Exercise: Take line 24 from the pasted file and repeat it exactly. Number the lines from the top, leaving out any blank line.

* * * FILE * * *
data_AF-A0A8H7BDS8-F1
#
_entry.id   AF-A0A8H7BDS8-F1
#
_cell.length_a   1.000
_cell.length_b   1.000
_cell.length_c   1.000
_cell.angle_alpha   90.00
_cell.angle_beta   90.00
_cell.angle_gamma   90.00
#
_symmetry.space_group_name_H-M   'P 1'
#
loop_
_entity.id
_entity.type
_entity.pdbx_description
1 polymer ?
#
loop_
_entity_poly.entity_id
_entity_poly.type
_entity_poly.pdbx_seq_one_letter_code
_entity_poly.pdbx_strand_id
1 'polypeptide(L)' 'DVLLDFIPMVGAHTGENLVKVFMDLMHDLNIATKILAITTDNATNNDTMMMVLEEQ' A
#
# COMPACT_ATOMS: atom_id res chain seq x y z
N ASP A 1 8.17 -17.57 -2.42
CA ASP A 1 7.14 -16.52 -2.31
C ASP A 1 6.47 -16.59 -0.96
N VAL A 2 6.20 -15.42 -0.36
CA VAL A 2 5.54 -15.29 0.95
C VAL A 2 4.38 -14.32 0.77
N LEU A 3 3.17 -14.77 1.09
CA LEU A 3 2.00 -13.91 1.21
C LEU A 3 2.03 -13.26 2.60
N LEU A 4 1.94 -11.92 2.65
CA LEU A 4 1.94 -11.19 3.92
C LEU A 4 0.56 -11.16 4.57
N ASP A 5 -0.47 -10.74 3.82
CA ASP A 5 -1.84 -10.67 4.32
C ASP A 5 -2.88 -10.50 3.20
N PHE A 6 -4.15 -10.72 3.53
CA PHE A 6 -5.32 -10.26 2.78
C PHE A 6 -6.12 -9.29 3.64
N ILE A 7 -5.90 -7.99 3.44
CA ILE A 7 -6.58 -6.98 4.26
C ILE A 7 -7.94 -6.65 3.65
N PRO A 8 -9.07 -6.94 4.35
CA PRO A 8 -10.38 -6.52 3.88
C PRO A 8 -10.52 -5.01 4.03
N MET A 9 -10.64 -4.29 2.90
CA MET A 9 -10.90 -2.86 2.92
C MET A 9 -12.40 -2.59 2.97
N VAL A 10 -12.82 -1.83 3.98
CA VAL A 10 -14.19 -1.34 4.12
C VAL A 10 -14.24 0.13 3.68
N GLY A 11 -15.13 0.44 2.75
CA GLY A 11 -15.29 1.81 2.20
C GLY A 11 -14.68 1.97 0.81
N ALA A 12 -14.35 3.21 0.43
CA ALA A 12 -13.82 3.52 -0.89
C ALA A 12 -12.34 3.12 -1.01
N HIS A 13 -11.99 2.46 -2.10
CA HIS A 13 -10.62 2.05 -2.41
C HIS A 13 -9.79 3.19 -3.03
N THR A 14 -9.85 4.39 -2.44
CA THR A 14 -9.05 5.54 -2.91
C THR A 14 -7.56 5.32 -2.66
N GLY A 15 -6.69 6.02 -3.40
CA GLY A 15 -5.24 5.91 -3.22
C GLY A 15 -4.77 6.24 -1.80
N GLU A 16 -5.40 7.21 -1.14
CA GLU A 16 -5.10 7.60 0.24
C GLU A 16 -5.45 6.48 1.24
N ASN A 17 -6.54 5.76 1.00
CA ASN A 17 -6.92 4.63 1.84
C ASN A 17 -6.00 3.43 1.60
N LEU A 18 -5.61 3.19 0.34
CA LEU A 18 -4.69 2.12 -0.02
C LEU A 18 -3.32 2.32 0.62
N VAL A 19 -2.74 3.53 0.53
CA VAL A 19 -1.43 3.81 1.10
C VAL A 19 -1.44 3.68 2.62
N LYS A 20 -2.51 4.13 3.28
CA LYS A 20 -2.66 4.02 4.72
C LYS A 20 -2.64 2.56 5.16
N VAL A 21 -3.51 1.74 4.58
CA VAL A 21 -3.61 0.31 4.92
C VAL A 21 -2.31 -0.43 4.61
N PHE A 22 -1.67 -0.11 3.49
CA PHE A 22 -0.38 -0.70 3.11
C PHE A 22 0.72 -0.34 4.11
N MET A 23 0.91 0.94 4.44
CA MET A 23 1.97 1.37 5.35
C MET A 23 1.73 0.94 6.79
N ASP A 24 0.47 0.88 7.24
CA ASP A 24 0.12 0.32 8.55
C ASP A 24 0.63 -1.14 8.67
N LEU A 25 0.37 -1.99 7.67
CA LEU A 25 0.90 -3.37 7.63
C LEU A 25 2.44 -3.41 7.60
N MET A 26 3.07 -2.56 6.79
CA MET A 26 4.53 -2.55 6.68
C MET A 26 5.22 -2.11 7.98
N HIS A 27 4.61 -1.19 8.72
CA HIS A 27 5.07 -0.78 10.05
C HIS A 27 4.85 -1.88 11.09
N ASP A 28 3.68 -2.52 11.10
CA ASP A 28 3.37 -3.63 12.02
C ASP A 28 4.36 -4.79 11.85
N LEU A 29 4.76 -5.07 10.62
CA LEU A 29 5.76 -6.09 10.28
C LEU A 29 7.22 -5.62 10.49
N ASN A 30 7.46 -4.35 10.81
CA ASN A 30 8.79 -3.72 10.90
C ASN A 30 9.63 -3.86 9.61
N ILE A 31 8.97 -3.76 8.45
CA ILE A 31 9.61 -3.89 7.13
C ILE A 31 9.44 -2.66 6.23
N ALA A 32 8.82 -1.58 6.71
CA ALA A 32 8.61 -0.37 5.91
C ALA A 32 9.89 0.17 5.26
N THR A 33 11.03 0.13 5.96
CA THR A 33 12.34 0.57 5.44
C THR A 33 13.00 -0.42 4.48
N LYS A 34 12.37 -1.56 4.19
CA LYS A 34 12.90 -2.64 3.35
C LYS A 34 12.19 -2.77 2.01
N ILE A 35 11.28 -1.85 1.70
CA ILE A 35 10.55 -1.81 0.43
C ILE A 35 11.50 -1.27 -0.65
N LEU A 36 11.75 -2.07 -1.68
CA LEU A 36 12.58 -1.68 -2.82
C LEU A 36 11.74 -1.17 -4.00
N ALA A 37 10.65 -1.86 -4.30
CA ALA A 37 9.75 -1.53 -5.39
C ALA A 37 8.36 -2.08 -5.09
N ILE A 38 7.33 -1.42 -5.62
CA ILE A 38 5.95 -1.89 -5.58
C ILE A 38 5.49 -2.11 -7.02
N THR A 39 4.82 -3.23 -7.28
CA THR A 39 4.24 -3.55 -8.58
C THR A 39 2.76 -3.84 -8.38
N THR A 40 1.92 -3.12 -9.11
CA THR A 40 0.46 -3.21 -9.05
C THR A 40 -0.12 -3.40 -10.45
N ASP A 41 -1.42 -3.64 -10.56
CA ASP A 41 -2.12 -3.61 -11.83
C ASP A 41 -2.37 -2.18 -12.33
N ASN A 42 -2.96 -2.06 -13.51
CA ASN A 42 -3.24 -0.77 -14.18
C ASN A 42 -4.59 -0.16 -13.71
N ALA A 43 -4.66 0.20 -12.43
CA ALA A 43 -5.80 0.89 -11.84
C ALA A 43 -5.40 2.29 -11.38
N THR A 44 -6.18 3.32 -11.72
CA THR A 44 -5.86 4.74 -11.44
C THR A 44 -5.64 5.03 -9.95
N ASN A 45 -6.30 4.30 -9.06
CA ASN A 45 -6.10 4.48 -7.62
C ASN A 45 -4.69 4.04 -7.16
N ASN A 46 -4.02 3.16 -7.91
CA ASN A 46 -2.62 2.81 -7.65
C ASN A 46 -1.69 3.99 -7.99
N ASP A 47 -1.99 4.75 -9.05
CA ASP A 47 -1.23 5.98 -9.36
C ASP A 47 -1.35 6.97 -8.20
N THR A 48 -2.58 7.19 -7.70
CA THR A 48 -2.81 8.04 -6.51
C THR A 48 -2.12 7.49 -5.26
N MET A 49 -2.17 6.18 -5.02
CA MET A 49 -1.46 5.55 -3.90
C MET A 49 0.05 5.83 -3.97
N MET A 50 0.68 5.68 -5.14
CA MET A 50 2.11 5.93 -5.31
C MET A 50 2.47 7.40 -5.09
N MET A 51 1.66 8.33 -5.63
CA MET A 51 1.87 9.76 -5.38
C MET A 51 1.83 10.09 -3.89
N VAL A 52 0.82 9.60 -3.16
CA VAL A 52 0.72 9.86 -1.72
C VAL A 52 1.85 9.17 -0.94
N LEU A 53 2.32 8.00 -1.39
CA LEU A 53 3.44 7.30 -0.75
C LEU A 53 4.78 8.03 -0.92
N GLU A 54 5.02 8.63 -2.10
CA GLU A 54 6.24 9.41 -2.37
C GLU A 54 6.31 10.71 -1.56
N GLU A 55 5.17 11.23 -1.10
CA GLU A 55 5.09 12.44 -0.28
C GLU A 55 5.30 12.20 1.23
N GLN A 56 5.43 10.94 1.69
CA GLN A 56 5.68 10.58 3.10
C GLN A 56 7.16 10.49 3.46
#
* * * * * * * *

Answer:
_entity_poly.pdbx_strand_id